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  Largest cheering team-world record set by McDonald's

[April 24] BEIJING, China--Chanting the slogan "Wo jiu xihuan Zhongguo ying," which roughly translates to "I love it when China wins," over 1,200 young people selected from a nationwide campaign danced in unison for five minutes at the National Olympic Sports Center, setting a world record.

   McDonald's, a worldwide Olympic partner for the Beijing Olympics, mobilized the world's largest cheering team for the Beijing Olympics on Wednesday.
  (enlarge photo)

   Over one million people have responded to McDonald's campaign to cheer for the Beijing Olympics since December 2007. Five were chosen as leading members of the cheering team.
    McDonald's says its cheer is part of a wider effort to make the brand's restaurants into places for people inside China to celebrate -- and even gather to watch -- the Games.

   Photo: McDonald's has had nearly 1.3 million people register to join the cheering team in a nationwide contest.

(enlarge photo)

   Many of McDonald's restaurants in China have televisions. "We are an international company, no doubt about that," says Ms. Cheung. "What we are doing is being locally relevant, rather than getting into the arena of playing up nationalism."
   The Chinese see these Games as a serious affair. "Chinese people have gone through a lot in the past," says Phyllis Cheung, director of marketing for McDonald's in China, quoted by the Wall Street Journal. "They have very, very strong patriotism. ... Everywhere, you see people are excited."    

  Participants cheer for new world record.    (enlarge photo)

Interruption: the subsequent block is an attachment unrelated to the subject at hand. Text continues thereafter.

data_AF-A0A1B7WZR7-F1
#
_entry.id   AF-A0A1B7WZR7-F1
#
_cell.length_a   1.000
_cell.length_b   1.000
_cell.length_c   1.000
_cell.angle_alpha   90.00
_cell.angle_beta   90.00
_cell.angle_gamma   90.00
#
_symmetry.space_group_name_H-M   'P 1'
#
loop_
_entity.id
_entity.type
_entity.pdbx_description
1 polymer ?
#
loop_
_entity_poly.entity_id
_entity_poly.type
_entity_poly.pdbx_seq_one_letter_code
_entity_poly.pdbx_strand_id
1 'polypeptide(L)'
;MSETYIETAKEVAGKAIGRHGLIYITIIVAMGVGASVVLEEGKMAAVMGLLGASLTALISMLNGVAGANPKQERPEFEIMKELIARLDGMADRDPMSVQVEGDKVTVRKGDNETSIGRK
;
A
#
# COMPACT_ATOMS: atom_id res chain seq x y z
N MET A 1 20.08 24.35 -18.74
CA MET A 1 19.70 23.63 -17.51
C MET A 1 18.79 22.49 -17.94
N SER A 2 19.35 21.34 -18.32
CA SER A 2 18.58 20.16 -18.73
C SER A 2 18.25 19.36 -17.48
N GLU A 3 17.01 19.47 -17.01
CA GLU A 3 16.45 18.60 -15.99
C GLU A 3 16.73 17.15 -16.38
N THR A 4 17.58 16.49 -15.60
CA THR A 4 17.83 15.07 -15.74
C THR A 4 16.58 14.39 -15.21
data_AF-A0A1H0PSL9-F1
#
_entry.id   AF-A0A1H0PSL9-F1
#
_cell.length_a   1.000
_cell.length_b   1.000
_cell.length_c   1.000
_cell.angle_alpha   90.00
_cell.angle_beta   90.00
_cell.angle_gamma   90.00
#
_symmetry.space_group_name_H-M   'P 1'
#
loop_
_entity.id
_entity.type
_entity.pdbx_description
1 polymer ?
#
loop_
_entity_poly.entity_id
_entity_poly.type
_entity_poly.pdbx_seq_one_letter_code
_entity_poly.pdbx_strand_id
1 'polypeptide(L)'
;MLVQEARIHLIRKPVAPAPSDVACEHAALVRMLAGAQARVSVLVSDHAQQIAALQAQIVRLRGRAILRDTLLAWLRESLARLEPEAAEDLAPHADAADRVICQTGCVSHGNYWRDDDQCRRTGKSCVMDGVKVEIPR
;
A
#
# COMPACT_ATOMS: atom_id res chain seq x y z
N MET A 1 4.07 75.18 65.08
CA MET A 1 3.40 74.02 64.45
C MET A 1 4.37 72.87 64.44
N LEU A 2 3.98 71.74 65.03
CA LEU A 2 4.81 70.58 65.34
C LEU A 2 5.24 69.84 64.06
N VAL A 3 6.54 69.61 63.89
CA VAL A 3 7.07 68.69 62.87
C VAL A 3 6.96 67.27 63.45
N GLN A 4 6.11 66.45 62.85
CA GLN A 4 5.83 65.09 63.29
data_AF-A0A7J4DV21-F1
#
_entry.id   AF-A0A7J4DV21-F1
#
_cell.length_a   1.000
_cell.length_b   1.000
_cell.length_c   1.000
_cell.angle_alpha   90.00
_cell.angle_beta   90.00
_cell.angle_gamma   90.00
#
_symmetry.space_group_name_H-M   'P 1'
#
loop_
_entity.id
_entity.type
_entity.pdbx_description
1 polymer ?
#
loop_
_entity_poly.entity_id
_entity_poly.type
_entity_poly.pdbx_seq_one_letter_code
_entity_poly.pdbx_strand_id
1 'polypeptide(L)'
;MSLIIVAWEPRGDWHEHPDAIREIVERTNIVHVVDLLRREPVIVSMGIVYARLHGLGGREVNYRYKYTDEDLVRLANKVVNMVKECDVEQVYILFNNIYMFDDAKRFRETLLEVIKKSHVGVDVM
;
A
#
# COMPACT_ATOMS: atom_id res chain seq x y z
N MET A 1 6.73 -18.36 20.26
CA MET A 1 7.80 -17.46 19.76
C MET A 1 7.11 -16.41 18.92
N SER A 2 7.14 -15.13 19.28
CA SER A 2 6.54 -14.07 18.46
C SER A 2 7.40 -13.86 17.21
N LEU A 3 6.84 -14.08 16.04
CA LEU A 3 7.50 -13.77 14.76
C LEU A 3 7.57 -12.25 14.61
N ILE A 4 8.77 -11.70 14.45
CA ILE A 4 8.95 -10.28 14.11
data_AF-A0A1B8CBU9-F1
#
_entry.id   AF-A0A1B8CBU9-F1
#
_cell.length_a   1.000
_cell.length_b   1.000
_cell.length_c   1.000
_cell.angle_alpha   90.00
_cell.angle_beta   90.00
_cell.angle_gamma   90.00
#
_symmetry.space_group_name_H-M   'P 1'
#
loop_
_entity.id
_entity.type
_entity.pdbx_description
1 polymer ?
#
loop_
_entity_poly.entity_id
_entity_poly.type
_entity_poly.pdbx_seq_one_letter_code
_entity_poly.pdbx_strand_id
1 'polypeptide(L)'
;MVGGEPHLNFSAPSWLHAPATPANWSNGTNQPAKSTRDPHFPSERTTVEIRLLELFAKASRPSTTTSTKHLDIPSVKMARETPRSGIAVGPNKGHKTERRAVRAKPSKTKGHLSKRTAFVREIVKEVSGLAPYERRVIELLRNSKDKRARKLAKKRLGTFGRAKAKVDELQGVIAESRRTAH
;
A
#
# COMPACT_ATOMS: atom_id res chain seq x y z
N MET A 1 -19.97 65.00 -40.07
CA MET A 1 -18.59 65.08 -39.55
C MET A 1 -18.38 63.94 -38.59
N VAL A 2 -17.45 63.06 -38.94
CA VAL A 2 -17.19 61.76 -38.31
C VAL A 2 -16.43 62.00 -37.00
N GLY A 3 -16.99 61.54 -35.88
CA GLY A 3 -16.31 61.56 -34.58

Zhang Haifeng, spokesman for the General Administration of Sport, speaks at the rally. (enlarge photo)

The invited guests launch the ceremony to start the rehearsal.

(enlarge photo)

The director of BOCOG's Marketing Department, Yuan Bin, and a number of famous Chinese athletes, including Gao Min, Hu Jia, Yang Ling and Mo Huilan, took part in the activity. Yuan said it is evident that more people are emulating McDonald's efforts to root for the success of the Olympics.
   During the Atlanta Games in 1996, McDonald's has led a cheering campaign a campaign called "U.S. wins, you win," in which customers could get free prizes if they collected game pieces that matched with medals won by American athletes.

  "Nationalism is not a strategy," says Michael Wood, the China CEO of Publicis Groupe's Leo Burnett ad agency, which works for both McDonald's and Coke in China. "It is a shared value, which when executed in the right way by the right brand, can create a powerful connection with people."

  The challenge now for many multinational companies isn't figuring out how to appear patriotic in China, but what message to send in the rest of the world.
  Publicis media buying agency ZenithOptimedia estimates that advertisers will spend an extra $3 billion on the Olympics this year -- of which $900 million will be spent in China. China is already the fourth-largest market in the world for Coke, after the U.S., Mexico and Brazil, and it is in the top 10 for McDonald's.

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